Other small talk topics are weather and complaints. Be careful though. Italians often complain about their country but they also want to feel proud of it, so, as a foreigner, you’d better say something nice, if you want to bond with locals.
Coronavirus is the main theme of complaints lately. Since everyone is pissed off by it, it makes a great topic for small talk (if you still can handle it, of course).
Small talk is easy to learn even if you are a beginner in Italian, don’t be afraid to speak, Italians are usually glad when expats speak their language!
3. Go online and find language exchanges or other groups
Whatever your interests or hobbies are, there is an online community dedicated to this topic. Plants, gardening, business, flamenco dancing – just google it. You will learn the Italian terms for something you like and hopefully will contribute to the community or join their meetups.
Since this is something you are passionate about, your motivation to learn Italian will increase and you will be able to make friends who share your interests.
There are also many online expats communities if you miss home or just don’t feel like speaking Italian yet. Here are some:
Language exchanges are very popular in big Italian cities, you can make friends there. Just be careful, many Italians want to practice their English or Spanish with you but you should be practicing Italian too. If you see you are only speaking English, you should propose to speak Italian for half of your meeting.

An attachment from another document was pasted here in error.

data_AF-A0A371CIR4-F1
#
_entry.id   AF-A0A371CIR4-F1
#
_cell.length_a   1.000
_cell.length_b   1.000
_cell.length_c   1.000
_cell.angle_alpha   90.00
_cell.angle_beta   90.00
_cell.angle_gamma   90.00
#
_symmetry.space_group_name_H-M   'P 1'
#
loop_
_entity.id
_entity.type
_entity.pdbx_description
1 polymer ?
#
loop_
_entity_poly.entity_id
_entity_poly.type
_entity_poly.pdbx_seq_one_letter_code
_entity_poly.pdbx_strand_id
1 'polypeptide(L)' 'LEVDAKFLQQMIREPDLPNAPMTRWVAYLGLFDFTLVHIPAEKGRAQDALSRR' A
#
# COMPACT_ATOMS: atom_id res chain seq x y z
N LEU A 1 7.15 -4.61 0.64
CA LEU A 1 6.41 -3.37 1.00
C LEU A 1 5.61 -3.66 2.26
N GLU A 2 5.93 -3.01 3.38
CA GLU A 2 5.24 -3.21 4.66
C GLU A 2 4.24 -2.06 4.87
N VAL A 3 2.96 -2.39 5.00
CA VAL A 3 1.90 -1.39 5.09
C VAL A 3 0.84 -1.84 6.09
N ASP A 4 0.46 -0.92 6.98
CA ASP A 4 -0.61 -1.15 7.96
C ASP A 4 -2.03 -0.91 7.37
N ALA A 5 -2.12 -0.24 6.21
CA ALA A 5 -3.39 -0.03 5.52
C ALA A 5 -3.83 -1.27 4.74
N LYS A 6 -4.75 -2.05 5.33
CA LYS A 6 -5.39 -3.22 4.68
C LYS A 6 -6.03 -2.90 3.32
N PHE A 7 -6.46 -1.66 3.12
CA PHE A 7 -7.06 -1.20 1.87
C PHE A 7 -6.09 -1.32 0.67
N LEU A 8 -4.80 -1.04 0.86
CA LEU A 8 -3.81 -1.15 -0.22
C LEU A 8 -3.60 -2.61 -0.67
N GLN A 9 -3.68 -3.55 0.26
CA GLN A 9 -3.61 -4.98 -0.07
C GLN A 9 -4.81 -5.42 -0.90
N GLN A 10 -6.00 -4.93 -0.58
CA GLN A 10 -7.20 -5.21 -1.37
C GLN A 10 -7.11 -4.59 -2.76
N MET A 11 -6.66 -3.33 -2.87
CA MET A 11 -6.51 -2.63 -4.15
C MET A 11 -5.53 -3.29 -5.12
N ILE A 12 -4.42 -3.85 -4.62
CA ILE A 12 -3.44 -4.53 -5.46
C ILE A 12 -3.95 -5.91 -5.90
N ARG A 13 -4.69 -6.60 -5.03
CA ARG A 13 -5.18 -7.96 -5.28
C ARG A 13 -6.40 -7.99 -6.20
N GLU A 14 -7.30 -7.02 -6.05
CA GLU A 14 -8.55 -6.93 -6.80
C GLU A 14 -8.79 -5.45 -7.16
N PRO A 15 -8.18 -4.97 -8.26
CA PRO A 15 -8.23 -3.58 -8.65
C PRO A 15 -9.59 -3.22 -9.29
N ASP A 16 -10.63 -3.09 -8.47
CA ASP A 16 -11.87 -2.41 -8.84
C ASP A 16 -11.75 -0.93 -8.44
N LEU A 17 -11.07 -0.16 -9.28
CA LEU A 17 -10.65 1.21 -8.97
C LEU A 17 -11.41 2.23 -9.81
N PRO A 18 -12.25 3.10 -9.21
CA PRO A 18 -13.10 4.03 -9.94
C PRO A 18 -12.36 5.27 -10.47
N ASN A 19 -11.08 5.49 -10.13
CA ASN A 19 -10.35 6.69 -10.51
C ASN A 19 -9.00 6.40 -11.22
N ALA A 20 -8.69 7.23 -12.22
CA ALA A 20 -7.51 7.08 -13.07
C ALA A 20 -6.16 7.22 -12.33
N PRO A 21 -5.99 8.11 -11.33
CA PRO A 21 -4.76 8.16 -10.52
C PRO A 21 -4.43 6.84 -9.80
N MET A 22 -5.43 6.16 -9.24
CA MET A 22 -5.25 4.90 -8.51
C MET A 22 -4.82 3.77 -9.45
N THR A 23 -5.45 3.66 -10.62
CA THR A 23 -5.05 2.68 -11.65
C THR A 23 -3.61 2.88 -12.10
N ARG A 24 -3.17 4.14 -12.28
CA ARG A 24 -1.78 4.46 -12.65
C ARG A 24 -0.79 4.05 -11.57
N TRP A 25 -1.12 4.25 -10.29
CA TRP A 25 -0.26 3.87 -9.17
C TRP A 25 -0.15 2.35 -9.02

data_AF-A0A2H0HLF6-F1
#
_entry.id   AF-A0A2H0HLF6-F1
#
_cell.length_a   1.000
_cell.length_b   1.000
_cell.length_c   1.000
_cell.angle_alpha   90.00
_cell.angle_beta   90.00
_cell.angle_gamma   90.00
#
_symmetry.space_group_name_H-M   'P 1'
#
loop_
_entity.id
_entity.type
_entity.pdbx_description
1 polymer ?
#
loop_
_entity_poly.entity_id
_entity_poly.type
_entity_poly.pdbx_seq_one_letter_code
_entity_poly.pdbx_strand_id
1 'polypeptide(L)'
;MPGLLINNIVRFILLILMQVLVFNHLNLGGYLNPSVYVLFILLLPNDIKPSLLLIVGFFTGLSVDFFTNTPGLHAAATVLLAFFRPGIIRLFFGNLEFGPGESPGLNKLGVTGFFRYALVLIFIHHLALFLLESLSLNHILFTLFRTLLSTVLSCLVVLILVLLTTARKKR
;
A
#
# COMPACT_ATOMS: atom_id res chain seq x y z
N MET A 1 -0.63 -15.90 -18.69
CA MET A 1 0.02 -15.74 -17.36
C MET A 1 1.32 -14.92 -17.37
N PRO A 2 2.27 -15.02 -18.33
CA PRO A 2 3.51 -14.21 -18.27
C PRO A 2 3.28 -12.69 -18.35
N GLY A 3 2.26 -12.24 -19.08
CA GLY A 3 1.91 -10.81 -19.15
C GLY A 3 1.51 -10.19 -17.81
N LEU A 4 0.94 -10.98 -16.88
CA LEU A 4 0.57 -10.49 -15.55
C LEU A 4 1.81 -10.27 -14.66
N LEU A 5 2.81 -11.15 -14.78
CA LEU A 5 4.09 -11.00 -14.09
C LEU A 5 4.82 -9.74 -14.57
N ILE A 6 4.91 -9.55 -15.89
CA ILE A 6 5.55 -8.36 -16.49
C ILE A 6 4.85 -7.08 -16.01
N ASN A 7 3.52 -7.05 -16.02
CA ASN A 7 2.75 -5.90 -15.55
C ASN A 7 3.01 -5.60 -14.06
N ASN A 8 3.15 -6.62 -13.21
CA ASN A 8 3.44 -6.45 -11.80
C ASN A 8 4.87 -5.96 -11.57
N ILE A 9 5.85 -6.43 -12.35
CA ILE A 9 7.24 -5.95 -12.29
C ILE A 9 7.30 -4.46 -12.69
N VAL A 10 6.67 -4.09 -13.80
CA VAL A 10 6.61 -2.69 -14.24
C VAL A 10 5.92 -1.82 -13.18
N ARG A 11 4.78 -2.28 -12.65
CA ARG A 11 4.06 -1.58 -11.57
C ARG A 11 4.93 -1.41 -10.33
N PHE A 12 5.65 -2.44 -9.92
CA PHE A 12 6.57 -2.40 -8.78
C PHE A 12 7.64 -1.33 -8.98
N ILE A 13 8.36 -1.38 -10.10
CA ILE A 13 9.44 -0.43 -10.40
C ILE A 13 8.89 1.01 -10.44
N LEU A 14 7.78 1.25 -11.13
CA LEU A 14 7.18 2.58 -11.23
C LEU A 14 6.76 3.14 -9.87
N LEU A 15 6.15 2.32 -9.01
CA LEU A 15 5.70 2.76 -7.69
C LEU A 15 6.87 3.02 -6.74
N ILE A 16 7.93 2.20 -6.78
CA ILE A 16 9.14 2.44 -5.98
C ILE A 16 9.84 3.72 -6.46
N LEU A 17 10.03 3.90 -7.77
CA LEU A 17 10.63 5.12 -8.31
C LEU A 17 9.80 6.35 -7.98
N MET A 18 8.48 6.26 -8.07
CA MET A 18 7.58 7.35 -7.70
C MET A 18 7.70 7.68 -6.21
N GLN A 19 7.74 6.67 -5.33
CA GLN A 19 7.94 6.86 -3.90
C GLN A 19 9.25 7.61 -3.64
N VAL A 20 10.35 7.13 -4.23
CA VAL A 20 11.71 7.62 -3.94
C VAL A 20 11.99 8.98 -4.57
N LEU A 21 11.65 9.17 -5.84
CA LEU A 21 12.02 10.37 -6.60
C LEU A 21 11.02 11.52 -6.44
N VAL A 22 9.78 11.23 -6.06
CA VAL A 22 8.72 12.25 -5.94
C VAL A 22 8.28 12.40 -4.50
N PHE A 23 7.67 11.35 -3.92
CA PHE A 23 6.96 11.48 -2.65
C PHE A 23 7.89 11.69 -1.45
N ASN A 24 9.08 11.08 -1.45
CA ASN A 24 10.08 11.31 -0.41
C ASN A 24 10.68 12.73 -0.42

Trust me, getting out of your comfort zone will be totally worth it once you will be able to appreciate the genuine Italian part of your friends, the one they just can’t show in English.
You can find the language exchange meetings on Facebook groups or on Meetup, they are usually done at aperitivo time.
Besides this, it is perfectly normal in Italy once a group is formed, to go out for aperitivo or dinner together. This can help you bond with locals.
Here are some ideas for places to look for friends once you start speaking some Italian:
- Dancing classes;
- Coworking places;
- Yoga classes;
- Wine tastings;
- Amateur theater classes;
- Universities – if you love to learn, you don’t even need to be an actual student, you can go to classes in all public Italian universities, they are free for everyone to assist;
- Classes with aperitivo included – there are many in the big cities if you search these events on Facebook, you will surely find some, even with the coronavirus norms. There are many art classes in Rome, for example;
- Church – even if you are not a believer, it gives a sense of community. They also organize flea markets, one-day trips, etc;